How to launch a new court reporting community website that does not suck
Here's a burning question I am sure that has kept you up at night... How do I launch a new court reporting community website that does not suck? There are a million reasons to not try new things in life. Here's a partial list of some of the biggies:
- It will be hard
- I'm afraid
- I hate change
- It might be uncomfortable
- I'm afraid it might not succeed
- I'm afraid it might succeed
- A unicorn might eat me
Of all the reasons listed above, I can relate to each one. Some more than others, yes. :)
I have used them all at various times to avoid trying something... Here's a partial list of some of the things I have avoided trying:
- Asking that girl out (at first)
- Asking for a raise
- Joining a sports team
- Holding public office
- Looking for unicorns
Maybe my life has seriously been depleted of all promise since I've avoided those things. I said, maybe. Because truth be told, I have forged ahead on many things that have initially been scary or weird:
- Being in a band
- Starting court reporting school
- Becoming a CSR
- Getting my own clients
- Starting a court reporting agency
- Having kids, changing poopy diapers
And now, I am proud to add the following feat to my list of previously-unattempted-due-to-fear-of-failure tasks:
Start a social media website for court reporters called readback.org
Ah, yes, that was indeed a long lead in merely to announce readback.org. But, thanks for bearing with me as I describe what exactly it is that I have done.
Oh, No! What Have I Done?
Readback.org is a website that is specfically for court reporters, depositions reporters, and students. It is designed to function as a Q & A site but with the added versatility of being able to vote on the best answers. Plus there is a social networking component to it. You can invite friends, you can tell Facebook that you Recommmend It, you can subscribe to it, you can follow it on Twitter, you can take it with you on long walks, blah blah blah.
Aren't There A Million Such Sites as Readback.org? Why Another One?
There are seemingly a million (at least) websites out there, for sure. Not many of them are dedicated strictly to our fine reporting profession. The few that are, are doing a fine job. For example, I like www.depoman.com, www.courtreporterconnect.com, and formerly www.csrnation.com (RIP). I chime in to Depoman now and again. It's a neat forum. However, readback.org is not a forum in the Web 1.0 sense. Meaning, what makes readback.org so different is that it is not designed for discussion. Yes, discussion of topics will take place. You can comment and chirp away all you want. But the end goal is to share information on a One-Question-to-One-Answer basis.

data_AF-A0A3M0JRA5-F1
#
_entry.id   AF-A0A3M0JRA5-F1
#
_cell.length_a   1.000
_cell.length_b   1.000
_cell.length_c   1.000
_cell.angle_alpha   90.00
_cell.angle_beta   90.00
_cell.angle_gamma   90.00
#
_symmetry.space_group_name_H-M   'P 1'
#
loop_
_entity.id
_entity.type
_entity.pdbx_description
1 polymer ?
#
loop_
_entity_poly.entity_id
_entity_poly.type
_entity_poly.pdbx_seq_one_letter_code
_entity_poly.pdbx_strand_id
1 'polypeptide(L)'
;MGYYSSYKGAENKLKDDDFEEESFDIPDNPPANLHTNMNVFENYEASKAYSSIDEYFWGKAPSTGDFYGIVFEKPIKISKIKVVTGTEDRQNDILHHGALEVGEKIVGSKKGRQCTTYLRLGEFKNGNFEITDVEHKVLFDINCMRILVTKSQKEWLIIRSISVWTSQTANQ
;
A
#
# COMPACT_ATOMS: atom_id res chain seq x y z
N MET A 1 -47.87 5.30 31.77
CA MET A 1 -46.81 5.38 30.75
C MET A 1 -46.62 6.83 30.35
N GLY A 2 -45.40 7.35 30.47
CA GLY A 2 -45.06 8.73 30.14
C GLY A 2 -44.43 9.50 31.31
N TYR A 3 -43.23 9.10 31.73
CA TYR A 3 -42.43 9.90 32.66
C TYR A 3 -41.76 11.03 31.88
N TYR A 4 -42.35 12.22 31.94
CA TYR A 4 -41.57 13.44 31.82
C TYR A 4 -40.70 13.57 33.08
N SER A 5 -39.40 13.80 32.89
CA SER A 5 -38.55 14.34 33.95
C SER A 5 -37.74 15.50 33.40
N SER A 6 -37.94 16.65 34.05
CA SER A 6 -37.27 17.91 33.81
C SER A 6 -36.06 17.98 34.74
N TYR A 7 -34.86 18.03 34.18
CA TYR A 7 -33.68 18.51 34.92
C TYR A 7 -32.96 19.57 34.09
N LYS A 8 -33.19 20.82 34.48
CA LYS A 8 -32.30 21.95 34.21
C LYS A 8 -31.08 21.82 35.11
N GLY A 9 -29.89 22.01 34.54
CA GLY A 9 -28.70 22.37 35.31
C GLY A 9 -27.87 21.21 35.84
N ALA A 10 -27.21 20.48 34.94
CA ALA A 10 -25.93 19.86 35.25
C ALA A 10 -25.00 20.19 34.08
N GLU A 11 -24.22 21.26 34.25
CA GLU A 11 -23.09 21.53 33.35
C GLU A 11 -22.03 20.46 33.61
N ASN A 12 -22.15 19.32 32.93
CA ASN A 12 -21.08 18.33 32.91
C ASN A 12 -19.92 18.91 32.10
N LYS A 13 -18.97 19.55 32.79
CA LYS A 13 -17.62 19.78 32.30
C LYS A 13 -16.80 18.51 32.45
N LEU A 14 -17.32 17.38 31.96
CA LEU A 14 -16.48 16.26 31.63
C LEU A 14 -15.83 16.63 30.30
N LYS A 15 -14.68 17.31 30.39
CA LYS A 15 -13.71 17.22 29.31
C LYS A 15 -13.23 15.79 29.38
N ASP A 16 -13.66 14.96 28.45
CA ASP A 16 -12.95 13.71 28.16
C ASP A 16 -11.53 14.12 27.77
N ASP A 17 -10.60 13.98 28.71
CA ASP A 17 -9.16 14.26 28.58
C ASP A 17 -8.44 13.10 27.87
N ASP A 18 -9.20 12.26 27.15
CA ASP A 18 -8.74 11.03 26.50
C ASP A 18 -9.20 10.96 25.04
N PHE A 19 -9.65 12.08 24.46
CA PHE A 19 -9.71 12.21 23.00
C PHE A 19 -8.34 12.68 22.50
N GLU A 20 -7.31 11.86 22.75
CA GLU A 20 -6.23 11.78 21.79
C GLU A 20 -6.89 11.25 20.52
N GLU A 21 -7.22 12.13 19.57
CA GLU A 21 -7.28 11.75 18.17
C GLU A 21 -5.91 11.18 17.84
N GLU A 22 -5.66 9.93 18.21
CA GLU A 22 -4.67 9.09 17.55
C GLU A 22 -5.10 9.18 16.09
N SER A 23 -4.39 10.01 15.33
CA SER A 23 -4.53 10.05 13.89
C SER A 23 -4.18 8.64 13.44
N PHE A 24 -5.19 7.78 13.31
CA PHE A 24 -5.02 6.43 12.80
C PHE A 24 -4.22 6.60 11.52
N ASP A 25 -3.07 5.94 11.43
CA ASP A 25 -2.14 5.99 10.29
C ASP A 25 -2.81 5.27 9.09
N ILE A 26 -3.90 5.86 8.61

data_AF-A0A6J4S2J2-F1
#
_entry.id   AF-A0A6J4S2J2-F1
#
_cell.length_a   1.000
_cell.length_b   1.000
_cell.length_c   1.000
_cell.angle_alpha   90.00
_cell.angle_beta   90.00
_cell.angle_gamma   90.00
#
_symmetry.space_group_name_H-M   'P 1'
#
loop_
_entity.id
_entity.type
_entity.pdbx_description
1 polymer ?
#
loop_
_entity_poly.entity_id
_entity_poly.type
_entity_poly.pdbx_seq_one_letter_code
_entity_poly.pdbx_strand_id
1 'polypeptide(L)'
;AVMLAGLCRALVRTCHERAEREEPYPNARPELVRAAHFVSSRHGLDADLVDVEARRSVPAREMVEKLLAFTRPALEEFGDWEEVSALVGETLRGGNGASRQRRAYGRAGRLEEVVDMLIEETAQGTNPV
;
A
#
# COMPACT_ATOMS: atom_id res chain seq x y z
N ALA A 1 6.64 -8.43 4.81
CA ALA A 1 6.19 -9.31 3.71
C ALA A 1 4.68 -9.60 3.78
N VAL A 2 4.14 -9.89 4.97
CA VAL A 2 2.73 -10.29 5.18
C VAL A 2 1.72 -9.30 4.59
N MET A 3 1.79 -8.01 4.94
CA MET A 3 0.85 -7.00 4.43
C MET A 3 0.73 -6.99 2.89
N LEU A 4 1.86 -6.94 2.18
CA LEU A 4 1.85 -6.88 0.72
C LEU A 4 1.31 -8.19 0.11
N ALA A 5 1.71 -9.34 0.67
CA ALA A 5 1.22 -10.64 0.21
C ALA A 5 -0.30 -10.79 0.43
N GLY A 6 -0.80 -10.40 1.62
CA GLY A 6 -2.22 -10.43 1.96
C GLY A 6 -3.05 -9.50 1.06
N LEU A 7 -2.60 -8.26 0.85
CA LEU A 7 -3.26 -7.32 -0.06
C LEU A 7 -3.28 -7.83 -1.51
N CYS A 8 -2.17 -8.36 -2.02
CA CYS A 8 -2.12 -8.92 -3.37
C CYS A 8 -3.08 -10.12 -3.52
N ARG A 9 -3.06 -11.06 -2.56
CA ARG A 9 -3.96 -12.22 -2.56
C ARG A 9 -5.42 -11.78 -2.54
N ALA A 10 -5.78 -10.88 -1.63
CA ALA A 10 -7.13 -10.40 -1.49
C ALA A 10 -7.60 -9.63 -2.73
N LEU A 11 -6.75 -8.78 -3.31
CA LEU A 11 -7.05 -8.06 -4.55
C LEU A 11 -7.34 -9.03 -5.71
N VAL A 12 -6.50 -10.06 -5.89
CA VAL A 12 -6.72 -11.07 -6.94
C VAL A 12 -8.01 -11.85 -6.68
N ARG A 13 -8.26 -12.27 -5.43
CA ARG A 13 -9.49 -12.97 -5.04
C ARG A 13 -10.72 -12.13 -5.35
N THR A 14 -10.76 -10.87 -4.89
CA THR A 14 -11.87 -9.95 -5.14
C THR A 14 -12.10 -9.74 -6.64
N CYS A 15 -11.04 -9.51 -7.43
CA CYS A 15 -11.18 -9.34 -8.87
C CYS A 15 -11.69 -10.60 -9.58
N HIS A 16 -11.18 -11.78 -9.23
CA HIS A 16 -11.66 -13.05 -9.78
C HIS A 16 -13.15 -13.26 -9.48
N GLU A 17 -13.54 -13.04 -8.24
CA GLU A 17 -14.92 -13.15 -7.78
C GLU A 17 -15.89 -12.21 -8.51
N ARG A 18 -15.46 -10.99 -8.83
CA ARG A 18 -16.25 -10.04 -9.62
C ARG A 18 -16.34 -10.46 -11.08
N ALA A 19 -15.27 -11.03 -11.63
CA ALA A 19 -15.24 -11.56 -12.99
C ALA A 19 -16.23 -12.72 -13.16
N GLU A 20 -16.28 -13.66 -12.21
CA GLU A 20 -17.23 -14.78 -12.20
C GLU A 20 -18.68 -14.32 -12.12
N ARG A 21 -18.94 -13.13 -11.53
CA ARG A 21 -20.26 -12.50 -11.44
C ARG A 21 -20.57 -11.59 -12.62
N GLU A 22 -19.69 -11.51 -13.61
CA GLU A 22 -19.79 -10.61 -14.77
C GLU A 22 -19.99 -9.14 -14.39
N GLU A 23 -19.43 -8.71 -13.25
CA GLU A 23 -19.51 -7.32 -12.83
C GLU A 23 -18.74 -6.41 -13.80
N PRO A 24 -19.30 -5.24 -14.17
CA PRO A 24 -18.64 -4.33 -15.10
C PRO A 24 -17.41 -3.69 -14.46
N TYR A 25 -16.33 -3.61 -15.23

Here is what I mean: you'll notice that in most forums, someone will post something along the lines of:
- Help with this please...
- What the hay...
- Does anyone else feel this way?...
- Whatcha talkin' 'bout Willis?...
And then a bunch of folks will chime in with their takes on exactly what Willis is indeed talking about. (Please let me know since I'm still at a loss.) While there may be some useful interchange going on -- and specifically on the sites I mentioned above, there is -- but the threads meander. They swerve and dodge to where they were never intended. They take twists and turns. So in effect were you to start a post entitled, Do you have a brief for curmudgeon? You would get a few correct answers, yes, but only if you sift through page after page of interesting yet irrelevant anecdotes like:
- I once knew this old lawyer who used that word so many times that my head fell off...
- I have never heard of that word, what does it mean?
- I once knew a unicorn with a curmudgeonly grin...
Nice stories but what the poster really wanted to know was if someone had a great brief for curmudgeon. That's it. No offense to the yarn spinners. But it's true. The poster asked a question and wants an answer. (The best or most correct one possible.)
Readback.org is specifically designed -- via the ability to vote on the best answer -- to make sure that the best answers are at the top. So at the end of the day, the question is followed by the answer. No hunting and digging looking for the golden nugget answer. No wasted time. No unnecessary (yet fascinating) unicorn diatribe.
Readback.org is not a great place to post questions that cannot be answered, in an objective sense. The site is best used for marrying together a very specific question with the most correct and best answer possible. It's the holy matrimony of Q + A. Not Q + Opinion + Opinion + Rant + Opinion + Unicorn.
Here is an example of some great questions that have already been asked and answered:
- Are there any Riverside, California court reporting schools?
- Do I have to charge all the attorneys the same price for my services?
Here are some that are not as great, due to their subjective nature:
- Is Anita Paul's Realtime Mastery seminars worth the money?
- Is the procedures portion on the test hard?
So, I'm trying something new here. I have launched this thing in the hopes that it accomplishes the following goals:
- I hope it grows to 30,000 members
- I hope to have 100,000 questions with at least two answers each
- I hope it becomes a trusted resource for court reporters to find answers
- I hope it helps the court reporting community share information
- I hope it doesn't suck
Will you help me by joining readback.org and interacting with the Q & A community that is already developing over there? If you have insanely made it through this entire blog post, then you must care about the court reporting community. A whole boat load! And thus, you probably know a thing a two that would be helpful to share with others.
Check out www.readback.org!
Friday, May 14, 2010